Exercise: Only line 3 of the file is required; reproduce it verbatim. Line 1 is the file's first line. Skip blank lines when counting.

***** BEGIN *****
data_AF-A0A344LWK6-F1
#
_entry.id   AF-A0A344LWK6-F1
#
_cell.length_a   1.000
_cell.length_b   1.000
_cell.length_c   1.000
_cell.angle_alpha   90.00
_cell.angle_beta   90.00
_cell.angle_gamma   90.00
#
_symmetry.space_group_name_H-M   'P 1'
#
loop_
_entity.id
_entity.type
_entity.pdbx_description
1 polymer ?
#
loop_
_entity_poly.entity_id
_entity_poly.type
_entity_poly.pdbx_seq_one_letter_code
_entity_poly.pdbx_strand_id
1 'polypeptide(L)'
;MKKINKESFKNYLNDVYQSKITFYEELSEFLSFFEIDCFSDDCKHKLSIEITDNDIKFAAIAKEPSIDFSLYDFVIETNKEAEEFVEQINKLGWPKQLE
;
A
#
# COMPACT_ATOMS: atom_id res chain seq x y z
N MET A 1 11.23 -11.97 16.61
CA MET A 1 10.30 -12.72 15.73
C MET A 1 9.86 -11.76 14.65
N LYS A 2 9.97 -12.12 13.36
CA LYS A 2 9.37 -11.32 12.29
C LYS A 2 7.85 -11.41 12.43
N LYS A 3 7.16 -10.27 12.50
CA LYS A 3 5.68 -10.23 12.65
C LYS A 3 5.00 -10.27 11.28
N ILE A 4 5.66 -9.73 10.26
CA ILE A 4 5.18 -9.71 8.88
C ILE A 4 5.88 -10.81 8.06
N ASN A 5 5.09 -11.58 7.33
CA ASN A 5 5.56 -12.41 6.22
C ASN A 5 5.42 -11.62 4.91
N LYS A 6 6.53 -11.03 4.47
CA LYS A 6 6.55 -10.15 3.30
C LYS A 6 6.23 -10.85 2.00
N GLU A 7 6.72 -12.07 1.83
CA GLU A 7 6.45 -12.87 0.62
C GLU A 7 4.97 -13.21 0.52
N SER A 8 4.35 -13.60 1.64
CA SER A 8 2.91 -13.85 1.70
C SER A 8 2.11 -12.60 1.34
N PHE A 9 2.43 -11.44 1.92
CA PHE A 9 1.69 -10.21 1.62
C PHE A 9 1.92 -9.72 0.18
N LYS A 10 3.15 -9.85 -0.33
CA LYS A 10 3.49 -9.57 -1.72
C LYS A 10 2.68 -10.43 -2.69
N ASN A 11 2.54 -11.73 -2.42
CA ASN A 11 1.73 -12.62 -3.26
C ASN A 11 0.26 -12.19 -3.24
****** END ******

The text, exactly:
_entry.id   AF-A0A344LWK6-F1